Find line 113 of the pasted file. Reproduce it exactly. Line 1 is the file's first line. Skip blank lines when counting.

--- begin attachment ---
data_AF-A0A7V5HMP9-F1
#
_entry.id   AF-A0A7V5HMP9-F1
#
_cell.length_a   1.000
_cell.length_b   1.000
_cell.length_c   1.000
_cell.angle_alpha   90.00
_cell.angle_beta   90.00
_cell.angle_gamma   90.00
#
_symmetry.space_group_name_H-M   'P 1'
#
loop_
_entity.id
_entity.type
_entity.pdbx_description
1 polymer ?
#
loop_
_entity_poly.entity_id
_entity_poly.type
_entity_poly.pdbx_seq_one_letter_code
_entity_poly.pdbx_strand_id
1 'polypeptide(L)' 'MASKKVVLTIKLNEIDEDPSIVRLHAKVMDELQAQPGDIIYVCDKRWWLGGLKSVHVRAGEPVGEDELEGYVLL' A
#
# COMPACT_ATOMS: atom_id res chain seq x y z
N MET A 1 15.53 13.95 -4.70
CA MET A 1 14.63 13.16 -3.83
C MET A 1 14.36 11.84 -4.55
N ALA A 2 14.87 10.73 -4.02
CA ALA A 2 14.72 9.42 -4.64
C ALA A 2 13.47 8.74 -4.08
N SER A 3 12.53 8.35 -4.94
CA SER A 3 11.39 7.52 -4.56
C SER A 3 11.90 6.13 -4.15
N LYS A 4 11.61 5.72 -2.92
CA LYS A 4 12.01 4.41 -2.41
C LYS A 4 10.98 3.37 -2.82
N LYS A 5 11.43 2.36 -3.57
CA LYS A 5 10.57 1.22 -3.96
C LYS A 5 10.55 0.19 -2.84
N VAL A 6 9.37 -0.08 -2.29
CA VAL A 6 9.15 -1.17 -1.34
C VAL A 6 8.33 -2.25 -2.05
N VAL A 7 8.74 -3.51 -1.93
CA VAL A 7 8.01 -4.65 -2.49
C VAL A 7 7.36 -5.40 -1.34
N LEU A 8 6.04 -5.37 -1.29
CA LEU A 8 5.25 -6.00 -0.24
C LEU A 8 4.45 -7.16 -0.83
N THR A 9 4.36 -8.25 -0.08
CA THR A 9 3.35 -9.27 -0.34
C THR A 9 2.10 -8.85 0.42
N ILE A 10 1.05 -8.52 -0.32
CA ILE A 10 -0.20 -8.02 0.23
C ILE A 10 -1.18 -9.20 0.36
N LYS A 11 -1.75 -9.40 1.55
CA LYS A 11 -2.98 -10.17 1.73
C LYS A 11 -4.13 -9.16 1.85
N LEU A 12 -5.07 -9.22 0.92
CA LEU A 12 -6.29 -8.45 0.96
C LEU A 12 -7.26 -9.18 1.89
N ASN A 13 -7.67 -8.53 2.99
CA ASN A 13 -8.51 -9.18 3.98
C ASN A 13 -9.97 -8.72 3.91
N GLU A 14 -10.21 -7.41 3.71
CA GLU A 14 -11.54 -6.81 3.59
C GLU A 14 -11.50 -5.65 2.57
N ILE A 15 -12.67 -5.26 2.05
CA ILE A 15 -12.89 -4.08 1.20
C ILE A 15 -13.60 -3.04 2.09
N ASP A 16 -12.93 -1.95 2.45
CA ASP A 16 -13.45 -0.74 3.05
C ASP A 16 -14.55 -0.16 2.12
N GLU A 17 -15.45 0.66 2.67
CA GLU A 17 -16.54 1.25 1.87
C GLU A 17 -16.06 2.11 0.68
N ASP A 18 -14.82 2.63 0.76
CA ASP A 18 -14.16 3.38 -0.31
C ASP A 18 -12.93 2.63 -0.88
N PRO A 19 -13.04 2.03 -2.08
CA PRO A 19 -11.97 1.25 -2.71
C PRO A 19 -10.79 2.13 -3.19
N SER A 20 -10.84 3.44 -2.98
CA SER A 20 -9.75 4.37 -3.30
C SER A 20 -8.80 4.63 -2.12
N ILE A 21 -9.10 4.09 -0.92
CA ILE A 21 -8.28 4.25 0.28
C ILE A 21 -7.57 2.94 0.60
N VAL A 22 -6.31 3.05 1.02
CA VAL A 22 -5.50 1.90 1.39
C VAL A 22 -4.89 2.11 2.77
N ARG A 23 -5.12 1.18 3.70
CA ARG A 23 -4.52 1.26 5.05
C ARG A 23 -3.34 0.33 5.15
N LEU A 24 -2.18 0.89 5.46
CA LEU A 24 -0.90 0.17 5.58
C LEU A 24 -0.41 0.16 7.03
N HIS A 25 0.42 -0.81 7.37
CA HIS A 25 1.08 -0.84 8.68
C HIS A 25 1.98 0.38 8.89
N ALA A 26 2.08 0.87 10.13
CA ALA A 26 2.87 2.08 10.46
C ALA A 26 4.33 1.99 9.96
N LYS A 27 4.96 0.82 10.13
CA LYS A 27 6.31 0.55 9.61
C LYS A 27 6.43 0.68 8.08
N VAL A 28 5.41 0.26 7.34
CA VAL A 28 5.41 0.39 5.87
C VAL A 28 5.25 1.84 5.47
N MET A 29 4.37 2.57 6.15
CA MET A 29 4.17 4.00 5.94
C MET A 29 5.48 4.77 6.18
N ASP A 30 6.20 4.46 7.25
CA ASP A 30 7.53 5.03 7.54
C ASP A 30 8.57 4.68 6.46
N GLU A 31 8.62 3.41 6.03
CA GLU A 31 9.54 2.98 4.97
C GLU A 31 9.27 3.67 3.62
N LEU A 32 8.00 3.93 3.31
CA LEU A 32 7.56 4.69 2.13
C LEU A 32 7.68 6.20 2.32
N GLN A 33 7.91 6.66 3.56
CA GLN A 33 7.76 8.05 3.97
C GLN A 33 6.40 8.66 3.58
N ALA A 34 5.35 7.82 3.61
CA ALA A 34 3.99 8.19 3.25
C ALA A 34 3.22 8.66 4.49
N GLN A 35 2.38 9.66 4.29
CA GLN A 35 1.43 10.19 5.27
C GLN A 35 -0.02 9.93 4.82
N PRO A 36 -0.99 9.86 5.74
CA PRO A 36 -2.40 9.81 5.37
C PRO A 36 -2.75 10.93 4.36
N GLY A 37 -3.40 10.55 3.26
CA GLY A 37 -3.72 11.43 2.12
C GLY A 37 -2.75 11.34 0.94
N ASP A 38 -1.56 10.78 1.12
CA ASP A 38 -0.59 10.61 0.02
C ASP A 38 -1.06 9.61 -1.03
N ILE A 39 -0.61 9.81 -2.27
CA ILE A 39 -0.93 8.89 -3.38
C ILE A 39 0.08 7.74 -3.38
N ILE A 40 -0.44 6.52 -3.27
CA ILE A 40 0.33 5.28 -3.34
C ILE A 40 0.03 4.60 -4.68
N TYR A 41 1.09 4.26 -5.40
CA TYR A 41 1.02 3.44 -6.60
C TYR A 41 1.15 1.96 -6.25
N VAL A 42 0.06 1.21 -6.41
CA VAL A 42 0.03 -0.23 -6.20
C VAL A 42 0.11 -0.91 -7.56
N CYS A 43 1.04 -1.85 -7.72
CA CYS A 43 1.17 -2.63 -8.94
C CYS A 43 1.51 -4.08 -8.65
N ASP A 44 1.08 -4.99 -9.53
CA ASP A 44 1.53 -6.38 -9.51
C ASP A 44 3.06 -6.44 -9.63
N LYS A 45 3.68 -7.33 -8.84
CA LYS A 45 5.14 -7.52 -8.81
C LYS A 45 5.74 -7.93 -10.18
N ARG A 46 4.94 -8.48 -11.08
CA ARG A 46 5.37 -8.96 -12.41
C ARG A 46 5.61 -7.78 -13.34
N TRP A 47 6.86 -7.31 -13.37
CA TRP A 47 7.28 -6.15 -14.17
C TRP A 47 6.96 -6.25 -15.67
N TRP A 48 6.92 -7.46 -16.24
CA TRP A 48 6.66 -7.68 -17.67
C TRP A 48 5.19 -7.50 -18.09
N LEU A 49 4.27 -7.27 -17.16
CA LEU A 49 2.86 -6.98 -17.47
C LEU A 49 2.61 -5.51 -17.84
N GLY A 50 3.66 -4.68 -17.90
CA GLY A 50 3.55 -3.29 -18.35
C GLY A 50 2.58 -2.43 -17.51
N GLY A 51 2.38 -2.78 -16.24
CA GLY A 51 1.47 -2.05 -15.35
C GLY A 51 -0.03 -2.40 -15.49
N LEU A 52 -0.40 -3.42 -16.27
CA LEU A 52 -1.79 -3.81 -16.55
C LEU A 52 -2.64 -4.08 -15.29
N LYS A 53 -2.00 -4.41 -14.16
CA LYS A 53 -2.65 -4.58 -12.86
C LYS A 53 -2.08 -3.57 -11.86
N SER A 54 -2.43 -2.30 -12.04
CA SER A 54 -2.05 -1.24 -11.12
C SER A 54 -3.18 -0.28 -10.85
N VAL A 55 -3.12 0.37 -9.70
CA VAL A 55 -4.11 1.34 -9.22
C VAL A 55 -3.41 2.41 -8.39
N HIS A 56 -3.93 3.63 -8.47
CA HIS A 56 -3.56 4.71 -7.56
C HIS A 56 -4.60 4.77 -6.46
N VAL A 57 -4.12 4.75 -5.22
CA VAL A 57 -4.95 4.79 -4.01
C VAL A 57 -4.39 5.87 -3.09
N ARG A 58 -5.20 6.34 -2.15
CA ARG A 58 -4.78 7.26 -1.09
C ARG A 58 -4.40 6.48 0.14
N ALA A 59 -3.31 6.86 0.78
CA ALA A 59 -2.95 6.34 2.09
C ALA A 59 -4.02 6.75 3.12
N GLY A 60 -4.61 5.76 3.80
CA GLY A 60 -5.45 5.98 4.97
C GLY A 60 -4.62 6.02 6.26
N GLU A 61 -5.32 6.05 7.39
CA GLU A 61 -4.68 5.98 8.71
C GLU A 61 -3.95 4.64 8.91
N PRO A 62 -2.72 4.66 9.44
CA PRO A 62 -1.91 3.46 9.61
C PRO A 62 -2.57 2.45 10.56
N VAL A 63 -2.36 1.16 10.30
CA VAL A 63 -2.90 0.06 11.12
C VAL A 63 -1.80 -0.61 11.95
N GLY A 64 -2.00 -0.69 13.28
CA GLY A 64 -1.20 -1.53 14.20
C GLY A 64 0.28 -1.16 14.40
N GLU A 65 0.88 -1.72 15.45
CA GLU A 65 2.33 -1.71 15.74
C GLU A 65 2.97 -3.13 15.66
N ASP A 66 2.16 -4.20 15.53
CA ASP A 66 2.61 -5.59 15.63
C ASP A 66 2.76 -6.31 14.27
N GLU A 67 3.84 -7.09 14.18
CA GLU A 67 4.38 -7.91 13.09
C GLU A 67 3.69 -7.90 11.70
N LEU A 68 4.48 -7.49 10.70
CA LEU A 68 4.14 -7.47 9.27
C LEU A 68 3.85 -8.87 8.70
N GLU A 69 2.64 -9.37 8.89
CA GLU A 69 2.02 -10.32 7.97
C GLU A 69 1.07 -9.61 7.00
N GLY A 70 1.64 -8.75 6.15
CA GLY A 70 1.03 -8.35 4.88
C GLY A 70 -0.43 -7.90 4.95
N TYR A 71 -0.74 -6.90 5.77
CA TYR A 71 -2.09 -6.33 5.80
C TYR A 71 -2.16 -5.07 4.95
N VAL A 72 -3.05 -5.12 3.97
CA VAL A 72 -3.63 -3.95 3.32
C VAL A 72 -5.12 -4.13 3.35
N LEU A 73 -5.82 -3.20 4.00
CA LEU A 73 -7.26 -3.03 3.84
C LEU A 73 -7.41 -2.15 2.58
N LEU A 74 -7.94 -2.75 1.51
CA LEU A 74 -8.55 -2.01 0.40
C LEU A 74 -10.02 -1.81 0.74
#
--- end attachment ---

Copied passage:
CA MET A 29 4.17 4.00 5.94